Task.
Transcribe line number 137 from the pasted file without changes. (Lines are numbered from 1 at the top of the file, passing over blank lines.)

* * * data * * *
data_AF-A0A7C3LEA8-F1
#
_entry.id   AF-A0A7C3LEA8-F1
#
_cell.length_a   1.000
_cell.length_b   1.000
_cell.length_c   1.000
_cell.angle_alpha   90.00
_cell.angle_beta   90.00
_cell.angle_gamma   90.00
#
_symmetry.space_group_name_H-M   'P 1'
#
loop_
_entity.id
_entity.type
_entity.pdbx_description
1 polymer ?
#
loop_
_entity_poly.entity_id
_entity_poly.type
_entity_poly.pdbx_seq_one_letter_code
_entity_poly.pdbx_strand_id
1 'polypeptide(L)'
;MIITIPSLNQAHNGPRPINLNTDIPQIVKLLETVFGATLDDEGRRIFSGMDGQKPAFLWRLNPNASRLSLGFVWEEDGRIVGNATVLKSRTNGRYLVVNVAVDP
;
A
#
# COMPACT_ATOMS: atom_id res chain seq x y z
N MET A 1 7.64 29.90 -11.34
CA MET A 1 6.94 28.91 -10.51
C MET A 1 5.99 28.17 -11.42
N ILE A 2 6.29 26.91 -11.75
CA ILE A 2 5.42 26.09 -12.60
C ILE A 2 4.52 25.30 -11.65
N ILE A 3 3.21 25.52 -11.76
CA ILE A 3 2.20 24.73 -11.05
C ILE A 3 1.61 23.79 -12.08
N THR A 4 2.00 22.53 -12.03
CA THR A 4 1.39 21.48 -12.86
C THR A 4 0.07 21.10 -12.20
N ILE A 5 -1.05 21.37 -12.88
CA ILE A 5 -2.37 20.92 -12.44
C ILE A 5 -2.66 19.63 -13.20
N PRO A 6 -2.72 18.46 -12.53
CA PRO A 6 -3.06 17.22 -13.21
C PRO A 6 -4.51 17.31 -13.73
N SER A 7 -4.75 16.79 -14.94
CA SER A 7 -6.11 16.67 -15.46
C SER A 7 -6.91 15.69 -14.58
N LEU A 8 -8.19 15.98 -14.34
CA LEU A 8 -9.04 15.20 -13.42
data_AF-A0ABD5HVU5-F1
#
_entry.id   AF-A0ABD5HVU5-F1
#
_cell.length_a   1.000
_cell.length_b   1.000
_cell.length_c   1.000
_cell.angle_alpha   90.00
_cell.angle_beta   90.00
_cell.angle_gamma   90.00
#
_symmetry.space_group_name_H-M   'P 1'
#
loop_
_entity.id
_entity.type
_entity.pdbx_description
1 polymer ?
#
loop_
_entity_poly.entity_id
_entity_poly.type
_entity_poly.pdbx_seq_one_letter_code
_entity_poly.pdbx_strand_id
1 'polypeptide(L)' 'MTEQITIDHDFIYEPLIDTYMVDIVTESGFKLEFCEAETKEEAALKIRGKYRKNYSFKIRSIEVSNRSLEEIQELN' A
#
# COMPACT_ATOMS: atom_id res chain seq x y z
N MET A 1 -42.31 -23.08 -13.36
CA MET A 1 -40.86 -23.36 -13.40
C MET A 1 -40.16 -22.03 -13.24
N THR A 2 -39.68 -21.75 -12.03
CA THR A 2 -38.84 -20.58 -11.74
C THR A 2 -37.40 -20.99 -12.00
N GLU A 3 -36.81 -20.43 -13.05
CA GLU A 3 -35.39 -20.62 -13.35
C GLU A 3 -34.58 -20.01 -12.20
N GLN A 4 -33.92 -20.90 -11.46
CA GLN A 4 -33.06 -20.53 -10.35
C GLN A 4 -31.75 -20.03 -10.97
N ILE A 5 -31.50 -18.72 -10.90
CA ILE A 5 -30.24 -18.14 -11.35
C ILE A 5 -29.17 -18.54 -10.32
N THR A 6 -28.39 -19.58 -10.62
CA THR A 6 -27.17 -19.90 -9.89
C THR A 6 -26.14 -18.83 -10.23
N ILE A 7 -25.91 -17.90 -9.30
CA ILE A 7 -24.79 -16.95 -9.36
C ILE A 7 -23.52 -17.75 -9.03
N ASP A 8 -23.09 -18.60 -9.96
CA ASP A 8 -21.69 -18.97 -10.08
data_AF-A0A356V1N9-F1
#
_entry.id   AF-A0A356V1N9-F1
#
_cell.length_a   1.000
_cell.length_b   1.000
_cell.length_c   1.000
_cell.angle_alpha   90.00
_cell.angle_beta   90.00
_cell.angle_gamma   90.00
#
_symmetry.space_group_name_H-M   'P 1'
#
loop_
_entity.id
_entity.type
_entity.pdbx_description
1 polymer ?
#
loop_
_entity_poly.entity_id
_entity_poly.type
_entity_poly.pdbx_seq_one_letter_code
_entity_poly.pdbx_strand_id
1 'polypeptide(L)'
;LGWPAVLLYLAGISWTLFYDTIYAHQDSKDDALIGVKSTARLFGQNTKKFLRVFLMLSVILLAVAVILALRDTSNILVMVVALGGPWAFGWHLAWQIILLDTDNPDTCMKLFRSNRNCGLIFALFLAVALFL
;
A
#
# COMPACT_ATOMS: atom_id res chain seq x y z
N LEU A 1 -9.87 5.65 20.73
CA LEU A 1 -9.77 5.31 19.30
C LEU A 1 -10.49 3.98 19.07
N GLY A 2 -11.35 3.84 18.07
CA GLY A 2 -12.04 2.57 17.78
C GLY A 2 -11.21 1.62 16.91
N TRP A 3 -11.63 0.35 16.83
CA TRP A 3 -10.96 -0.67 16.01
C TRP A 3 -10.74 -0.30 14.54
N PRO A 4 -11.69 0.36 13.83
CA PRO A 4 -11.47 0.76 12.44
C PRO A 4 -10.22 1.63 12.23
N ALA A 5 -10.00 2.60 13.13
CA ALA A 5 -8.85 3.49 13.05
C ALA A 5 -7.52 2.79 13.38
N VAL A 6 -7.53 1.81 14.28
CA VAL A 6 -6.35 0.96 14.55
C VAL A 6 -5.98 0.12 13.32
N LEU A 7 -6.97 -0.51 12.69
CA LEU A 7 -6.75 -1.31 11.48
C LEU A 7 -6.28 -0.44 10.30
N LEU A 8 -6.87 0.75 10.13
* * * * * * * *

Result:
N GLY A 2 -11.35 3.84 18.07